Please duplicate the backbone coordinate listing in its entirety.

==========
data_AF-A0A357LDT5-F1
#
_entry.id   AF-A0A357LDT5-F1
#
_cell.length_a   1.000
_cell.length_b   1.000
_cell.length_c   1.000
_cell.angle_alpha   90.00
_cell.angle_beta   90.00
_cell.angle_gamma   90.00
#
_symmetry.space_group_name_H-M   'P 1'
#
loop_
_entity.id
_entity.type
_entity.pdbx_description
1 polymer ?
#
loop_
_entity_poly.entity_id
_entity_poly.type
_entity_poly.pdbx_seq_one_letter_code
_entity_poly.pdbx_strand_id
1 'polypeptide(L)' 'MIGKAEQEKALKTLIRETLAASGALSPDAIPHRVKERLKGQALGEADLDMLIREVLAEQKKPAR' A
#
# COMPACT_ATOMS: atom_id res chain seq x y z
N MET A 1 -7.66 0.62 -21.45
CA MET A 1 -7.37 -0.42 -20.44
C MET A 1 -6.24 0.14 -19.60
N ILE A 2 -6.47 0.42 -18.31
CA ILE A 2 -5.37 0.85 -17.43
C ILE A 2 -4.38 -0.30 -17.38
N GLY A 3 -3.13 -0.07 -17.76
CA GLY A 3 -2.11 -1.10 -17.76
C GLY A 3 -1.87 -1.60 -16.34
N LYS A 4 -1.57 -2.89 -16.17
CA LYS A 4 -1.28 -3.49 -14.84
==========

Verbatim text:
data_AF-A0A357LDT5-F1
#
_entry.id   AF-A0A357LDT5-F1
#
_cell.length_a   1.000
_cell.length_b   1.000
_cell.length_c   1.000
_cell.angle_alpha   90.00
_cell.angle_beta   90.00
_cell.angle_gamma   90.00
#
_symmetry.space_group_name_H-M   'P 1'
#
loop_
_entity.id
_entity.type
_entity.pdbx_description
1 polymer ?
#
loop_
_entity_poly.entity_id
_entity_poly.type
_entity_poly.pdbx_seq_one_letter_code
_entity_poly.pdbx_strand_id
1 'polypeptide(L)' 'MIGKAEQEKALKTLIRETLAASGALSPDAIPHRVKERLKGQALGEADLDMLIREVLAEQKKPAR' A
#
# COMPACT_ATOMS: atom_id res chain seq x y z
N MET A 1 -7.66 0.62 -21.45
CA MET A 1 -7.37 -0.42 -20.44
C MET A 1 -6.24 0.14 -19.60
N ILE A 2 -6.47 0.42 -18.31
CA ILE A 2 -5.37 0.85 -17.43
C ILE A 2 -4.38 -0.30 -17.38
N GLY A 3 -3.13 -0.07 -17.76
CA GLY A 3 -2.11 -1.10 -17.76
C GLY A 3 -1.87 -1.60 -16.34
N LYS A 4 -1.57 -2.89 -16.17
CA LYS A 4 -1.28 -3.49 -14.84